Separate juries convicted Dale and Leilani Neumann in 2009 of their daughter Kara’s reckless homicide the year before. The 11-year-old girl became too sick to eat, drink, walk or talk and died on Easter Sunday 2008 from what doctors said was a treatable case of diabetes. Leilani was represented by Gene Linehan, who died last year. Dale was represented by Jay Kronenwetter.
Attorneys representing the Neumanns on appeal have separately filed motions asking for a new trial on similar grounds. The motions suggest that the Neumanns’ trial attorneys were ineffective because they failed to argue that the parents’ sincere belief in faith healing was a complete defense.
“A reasonable attorney would have objected to a set of [jury] instructions that obscured one of the main defenses in this case,” Leilani Neumann’s attorney Byron Lichstein writes in a 15-page motion. Lichstein is the director of the University of Wisconsin Law School’s Criminal Appeals Project.
Neumann’s attorneys also argue that Leilani Neumann’s original defense attorney, Gene Linehan suffered from failing health conditions during the trial limiting his abiility to perform effectively.
The attorneys say Linehan failed to lay out a defense based on the parents’ belief in faith healing, instead focusing on the belief that Dale and Leilani were unaware of how sick their daughter was.
Because Linehan passed away in September 2010, Judge Vincent Howard has to rely on the testimony of people who worked closely with Linehan during the trial, to decide whether the representation was ineffective. […]
The appellate attorneys have to prove that Linehan’s health directly affected his trial performance and that there would be a different result in a new trial.
The prosecution argues that niether of those burdens of proof have been met.
Marathon County Judge Vincent Howard will hear testimony in Dale’s case February 22nd and review written briefs before ruling in both cases. A decision is expected by mid-April.
Linehan was tired, short of breath and admitted taking Vicodin to treat back pain, said defense attorney Jay Kronenwetter, who represented Dale but worked closely with Linehan.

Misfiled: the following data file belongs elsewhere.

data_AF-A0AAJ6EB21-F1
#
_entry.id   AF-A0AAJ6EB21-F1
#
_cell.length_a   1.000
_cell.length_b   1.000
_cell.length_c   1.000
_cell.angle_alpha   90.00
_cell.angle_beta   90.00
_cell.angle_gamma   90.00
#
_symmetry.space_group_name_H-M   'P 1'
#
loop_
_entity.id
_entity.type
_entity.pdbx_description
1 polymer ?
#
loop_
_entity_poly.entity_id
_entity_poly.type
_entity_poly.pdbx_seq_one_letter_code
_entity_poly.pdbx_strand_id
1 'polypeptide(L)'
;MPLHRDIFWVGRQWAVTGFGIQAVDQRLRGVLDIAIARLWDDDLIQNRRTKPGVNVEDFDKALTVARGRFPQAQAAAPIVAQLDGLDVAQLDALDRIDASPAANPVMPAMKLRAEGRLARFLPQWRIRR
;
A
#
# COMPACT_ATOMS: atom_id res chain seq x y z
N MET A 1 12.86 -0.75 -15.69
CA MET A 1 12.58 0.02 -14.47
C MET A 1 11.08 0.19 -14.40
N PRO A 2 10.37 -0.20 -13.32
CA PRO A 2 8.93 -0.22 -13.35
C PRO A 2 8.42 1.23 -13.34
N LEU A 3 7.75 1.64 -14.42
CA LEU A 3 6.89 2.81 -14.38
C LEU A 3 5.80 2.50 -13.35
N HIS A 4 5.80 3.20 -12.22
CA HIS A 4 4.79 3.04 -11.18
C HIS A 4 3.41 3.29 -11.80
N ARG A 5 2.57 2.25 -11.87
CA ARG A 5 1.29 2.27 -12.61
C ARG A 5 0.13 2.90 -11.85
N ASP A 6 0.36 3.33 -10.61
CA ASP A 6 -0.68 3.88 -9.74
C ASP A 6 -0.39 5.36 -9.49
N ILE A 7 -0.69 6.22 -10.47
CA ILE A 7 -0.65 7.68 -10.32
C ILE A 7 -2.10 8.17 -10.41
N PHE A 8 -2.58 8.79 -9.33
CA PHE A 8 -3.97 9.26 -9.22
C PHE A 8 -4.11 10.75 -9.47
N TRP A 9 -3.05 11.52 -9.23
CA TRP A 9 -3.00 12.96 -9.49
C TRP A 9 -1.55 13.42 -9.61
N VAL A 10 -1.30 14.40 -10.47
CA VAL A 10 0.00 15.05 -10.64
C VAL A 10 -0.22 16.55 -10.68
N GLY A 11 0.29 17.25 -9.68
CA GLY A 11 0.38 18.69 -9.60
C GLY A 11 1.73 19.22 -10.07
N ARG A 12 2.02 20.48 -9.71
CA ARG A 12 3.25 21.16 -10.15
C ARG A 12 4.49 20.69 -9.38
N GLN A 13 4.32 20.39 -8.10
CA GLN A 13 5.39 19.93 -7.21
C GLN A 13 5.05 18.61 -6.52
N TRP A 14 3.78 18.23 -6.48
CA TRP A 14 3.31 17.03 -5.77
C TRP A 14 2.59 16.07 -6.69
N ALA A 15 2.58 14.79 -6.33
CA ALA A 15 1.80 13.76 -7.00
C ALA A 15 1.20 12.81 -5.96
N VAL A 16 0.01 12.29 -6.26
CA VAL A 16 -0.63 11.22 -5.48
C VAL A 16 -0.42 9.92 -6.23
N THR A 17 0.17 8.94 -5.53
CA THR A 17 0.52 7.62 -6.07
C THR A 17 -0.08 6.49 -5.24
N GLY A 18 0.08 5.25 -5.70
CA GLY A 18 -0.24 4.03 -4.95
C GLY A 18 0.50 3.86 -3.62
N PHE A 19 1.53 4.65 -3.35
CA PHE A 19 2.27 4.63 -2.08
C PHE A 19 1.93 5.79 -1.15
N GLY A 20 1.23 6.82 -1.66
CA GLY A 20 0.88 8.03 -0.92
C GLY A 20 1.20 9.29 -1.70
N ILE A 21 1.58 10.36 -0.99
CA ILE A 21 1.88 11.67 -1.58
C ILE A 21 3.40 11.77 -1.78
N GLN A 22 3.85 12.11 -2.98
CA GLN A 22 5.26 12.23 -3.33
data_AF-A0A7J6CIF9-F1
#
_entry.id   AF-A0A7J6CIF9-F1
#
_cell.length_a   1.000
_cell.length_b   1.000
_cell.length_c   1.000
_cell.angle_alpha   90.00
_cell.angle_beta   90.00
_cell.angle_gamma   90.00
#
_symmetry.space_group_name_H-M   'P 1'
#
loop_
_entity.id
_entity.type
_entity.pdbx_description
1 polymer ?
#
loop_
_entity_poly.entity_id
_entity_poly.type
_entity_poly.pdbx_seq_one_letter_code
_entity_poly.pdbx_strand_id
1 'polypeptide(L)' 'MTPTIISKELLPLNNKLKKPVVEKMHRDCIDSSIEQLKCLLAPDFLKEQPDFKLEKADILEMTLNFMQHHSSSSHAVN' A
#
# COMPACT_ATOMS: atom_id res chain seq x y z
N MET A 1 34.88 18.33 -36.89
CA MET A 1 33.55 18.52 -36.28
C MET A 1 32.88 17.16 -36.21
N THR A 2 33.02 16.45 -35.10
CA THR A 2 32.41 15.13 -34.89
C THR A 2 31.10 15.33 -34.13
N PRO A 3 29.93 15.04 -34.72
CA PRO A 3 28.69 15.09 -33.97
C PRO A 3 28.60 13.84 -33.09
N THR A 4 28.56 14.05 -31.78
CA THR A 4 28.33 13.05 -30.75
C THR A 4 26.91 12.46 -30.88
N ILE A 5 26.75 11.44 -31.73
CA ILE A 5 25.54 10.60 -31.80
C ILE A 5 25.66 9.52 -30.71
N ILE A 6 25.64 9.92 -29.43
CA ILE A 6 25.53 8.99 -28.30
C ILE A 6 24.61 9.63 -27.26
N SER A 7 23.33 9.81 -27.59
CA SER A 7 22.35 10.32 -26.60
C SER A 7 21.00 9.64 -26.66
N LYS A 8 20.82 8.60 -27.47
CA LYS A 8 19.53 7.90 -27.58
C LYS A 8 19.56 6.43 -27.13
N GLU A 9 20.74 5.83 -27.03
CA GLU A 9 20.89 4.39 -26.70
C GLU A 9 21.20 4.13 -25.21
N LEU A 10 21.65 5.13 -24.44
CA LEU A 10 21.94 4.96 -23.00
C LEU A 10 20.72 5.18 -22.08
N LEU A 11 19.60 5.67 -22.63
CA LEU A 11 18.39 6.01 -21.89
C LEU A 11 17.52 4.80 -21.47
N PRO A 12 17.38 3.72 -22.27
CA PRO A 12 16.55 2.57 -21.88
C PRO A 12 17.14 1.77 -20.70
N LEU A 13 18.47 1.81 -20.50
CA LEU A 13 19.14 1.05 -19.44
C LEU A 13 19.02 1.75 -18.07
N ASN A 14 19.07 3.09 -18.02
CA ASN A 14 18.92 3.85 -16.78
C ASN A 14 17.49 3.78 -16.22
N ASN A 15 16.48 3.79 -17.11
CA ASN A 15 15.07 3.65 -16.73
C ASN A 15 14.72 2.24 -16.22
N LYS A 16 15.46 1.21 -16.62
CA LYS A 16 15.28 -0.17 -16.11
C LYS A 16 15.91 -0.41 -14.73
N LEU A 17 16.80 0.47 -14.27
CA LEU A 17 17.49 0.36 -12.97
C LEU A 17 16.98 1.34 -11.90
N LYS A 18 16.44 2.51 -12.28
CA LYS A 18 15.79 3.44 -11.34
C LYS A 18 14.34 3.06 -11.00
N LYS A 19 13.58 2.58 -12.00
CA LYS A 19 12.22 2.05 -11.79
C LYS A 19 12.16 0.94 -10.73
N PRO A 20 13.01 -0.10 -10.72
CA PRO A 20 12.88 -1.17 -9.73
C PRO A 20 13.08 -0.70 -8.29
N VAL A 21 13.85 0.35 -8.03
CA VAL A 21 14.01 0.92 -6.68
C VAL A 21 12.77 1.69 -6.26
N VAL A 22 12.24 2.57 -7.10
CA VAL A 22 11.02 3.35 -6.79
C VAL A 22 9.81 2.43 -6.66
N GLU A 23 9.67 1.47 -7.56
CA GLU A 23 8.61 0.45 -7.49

“He [Linehan] was worse for wear during the trial,” Kronenwetter said. “I was concerned that his trial skills would be impacted,” he added, saying that Linehan waved him off when he suggested asking Howard to adjourn the trial.
According to The Daily Tribune:
When pressed Monday by Leilani Neumann’s appeals attorney, Byron Lichstein, Kronenwetter said he wasn’t sure whether Linehan’s health affected his defense.
Linehan’s former legal assistant, David Shea, said Linehan’s health absolutely hurt his abilities in court. […]
Kronenwetter testified that Linehan failed to have a judge read the jury a document that would clearly have demonstrated the Neumanns’ belief in faith healing and he did not object to law definitions provided to the jury. Kronenwetter also said Linehan thought Leilani Neumann’s case could be appealed after Howard refused to allow a faith healing expert to testify at trial.
“(Leilani) consistently maintained that she never thought Kara was going to die,” Kronenwetter testified. “(The Neumanns) had faith that what they were doing would heal her.”
Howard will have another hearing Feb. 22 to hear Dale Neumann’s request for a new trial. The Neumanns were sentenced to six months in jail, but those terms are on hold pending the appeals.
Howard will make a decision on the new trial requests before April 14.
The Neumann’s were sentenced in October 2009:
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